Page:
Admin wrote:I have to admit I'm in a bit of a slump with HK/Chinese films at the moment. I will get over it, I'm sure, but I'm sick to death of massive epics with cool visual effects and heart-wrenching melodrama at the moment. It just makes me want to watch an old Hui brothers film. Simple tastes, me...
Masterofoneinchpunch wrote:Besides the fact that the Hui brothers are awesome. I know exactly how you feel. Here are some of those "epics" I have watched lately (and I watched several before it as well):
My advice: assuming you haven't anyways, cut back on the epic co-productions, the both of you!
They're not true
Hong Kong cinema anyways, though I do believe they must be included in any serious (or passive) study of the form. Now, I'm not saying don't buy 'em; just leave 'em for a few months (or years) after you do, and instead order up of the more localized productions the city has been cranking year after year in other genres. At some discussion forums and review sites, there has developed a distinct and dismaying tendency toward narrowcasting - paying mind almost exclusively to co-produced martial arts epics starring "known-in-the-west" entities, particularly Donnie Yen and co., and largely because those are the films that are constantly picked up -- regardless of quality -- by American DVD companies. I've no doubt some of these epic pictures are top drawer, albeit by comparatively narrow mainland standards, but the few I've seen lack considerably in the story department, among other areas, and all the flashy visuals, lavish sets and casts-of-thousands increasingly can't disguise it. CHEN ZHEN is a textbook example.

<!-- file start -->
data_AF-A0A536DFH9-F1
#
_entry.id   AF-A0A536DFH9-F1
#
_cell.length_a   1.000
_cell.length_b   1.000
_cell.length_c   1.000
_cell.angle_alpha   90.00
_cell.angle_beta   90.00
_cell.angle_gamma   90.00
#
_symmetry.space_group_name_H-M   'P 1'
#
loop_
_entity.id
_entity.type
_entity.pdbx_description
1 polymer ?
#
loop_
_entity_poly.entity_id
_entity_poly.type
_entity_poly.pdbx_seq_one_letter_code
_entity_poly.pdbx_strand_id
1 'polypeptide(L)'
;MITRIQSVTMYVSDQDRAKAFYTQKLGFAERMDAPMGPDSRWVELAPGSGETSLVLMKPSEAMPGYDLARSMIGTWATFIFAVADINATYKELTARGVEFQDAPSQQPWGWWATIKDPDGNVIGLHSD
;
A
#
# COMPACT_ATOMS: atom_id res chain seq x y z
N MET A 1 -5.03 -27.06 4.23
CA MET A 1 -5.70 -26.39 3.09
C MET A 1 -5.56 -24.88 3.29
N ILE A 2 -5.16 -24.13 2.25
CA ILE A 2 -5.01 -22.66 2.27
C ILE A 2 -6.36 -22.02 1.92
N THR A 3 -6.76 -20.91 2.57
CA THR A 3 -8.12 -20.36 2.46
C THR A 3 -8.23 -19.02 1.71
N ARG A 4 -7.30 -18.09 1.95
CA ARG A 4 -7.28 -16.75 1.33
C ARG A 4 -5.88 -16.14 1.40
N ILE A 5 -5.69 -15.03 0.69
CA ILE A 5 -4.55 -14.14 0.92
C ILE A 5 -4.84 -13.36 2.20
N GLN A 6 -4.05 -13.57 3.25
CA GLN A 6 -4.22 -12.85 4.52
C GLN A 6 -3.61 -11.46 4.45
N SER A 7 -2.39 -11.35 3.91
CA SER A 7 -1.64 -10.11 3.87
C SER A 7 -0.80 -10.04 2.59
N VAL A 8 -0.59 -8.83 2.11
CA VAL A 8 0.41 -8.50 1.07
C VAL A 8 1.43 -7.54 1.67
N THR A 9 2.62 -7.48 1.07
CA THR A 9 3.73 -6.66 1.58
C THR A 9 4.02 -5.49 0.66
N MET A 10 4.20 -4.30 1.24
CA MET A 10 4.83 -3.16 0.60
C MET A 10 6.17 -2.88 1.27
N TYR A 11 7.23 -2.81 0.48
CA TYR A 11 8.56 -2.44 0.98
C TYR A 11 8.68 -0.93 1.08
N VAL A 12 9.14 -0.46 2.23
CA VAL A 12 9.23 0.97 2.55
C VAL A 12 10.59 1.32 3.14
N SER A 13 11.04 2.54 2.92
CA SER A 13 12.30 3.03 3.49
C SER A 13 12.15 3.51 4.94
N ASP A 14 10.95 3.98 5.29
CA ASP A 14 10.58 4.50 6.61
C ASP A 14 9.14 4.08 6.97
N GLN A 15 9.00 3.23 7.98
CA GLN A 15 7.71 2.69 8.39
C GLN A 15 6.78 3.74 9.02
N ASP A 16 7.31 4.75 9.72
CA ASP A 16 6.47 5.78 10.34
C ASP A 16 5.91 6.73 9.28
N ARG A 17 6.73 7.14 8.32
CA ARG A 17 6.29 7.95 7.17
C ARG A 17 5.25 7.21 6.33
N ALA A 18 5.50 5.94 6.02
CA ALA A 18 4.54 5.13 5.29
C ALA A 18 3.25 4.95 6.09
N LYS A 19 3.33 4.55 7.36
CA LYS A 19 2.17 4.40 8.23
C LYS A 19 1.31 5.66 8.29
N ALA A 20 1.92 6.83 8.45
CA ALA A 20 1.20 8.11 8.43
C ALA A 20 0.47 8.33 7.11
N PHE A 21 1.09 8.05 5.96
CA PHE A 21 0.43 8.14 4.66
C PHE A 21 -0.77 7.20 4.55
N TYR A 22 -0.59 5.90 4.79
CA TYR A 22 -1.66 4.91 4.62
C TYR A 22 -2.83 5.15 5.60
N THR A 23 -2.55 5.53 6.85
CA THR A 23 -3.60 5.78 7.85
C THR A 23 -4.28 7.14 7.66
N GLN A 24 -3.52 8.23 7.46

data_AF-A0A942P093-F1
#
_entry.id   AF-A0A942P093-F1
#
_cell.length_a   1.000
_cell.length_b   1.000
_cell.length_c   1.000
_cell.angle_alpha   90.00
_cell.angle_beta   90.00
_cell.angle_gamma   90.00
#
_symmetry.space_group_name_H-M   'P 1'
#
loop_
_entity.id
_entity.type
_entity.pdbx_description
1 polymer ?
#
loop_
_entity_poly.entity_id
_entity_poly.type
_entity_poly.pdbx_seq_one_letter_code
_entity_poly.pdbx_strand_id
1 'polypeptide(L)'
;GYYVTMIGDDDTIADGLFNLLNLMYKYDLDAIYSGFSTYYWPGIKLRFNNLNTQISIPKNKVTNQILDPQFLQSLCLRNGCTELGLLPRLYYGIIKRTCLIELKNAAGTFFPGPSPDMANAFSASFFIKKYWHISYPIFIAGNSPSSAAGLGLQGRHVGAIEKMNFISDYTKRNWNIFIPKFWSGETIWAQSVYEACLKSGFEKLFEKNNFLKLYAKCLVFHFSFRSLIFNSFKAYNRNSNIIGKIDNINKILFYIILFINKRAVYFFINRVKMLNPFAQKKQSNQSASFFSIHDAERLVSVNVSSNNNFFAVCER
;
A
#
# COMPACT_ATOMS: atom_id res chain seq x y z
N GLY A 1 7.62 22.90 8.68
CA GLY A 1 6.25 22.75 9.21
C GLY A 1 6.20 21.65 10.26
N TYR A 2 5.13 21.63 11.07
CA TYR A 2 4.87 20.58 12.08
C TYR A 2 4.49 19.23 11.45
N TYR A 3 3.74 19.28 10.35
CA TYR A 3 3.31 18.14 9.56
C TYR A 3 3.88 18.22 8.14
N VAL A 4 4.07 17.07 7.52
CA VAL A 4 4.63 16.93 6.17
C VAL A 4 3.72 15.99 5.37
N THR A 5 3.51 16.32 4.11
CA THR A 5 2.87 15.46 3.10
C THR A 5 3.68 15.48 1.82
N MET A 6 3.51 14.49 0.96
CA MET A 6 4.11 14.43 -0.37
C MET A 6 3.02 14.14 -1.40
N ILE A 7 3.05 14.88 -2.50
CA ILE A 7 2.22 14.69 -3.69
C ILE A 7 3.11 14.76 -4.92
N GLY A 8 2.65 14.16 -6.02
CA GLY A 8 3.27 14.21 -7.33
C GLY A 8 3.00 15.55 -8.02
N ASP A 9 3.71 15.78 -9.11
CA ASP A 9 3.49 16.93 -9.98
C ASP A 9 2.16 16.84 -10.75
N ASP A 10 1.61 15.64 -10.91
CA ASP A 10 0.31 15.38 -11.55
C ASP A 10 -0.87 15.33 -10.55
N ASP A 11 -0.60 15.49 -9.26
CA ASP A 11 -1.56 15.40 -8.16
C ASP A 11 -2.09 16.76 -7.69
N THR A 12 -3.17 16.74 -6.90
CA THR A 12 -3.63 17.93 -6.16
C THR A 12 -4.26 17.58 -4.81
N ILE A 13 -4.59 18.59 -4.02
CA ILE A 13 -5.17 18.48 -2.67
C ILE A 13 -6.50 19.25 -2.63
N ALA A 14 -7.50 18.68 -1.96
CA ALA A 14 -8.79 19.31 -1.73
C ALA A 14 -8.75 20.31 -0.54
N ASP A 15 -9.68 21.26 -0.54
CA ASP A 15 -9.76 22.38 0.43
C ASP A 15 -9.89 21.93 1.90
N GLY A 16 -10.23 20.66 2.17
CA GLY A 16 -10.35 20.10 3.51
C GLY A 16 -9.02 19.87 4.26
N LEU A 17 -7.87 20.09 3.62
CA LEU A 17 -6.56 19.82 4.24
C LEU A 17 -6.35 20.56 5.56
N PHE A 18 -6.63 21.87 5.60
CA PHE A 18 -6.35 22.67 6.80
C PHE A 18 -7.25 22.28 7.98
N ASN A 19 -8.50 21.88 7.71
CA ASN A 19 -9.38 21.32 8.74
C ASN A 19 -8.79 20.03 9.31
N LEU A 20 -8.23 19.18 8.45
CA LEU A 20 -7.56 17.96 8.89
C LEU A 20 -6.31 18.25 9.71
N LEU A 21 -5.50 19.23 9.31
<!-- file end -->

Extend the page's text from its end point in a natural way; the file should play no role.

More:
I do find it telling that many of Yen's recent pictures apparently don't live up to the standards set by the career-resuscitators of SPL and FLASH POINT, both largely Hong Kong productions (not to mention, I suspect, fluffier, localized fare like ALL'S WELL ENDS WELL). As a leading man, he really, really
needs to get involved post haste
with something that speaks more directly to the home market that spawned him, even if he has to once again cobble together a compromised cut for the mainland.
So anyways, put down that new DVD you ordered of LEGENDARY CHINESE FIST WARRIOR ASSASSIN DEFEATS ALL JAPANESE AND WHITE DEVILS 2 and check out some true
Hong Kong cinema. Goodness knows, there's enough of it being made these days, much of it still as far removed from nationalism, decoration and fights as it ever was. In fact, it might even be worth going back a few years -- and down several rungs on the production budget ladder -- to investigate some of the kicky no-budgeters in Mr. Waffle's most recent post (only one of which I've not seen. Hmmm . . . )
Masterofoneinchpunch wrote:And even Ip Man 2 was a dissapointment compared to the first. A strong first half and well Rocky 4 in the second half. I mean seriously why did they have to go that route.
Fancy that -- I just finished ROCKY IV before sitting down to read the updates to this thread! It has a robot in it. I think It's a metaphor or something. Oh yeah, and Rocky remembers the first three movies in quite some detail while driving his sports car and listening to an aerobicized hair rock anthem called "No Easy Way Out".
Further to that, here's my most recent batch of viewing experiences, courtesy of the Toronto Public Library:ROCKY
(1976) 9/10ROCKY II
(1979) 7/10ROCKY III
(1982) 6/10ROCKY IV
(1985) 6/10 (a very generous 6, I must admit. I'm guessing I can safely skip the last two entries)UNDERWORLD EVOLUTION
(2006) 7/10GET HIM TO THE GREEK
(2010) 5/10 KNIFE IN THE WATER
(Poland; 1962) 9/10A BRAND NEW LIFE
(Korea; 2009) 8/10BARBARELLA
(1968) 6/10(Saw this in pieces as a child; needed to revisit)CLASS
(1983) 5/10SKY HIGH
(Documentary; 2010) 8/10CONFESSIONS OF A SUPERHERO
(Documentary; 2007) 7/10SLEEPY HOLLOW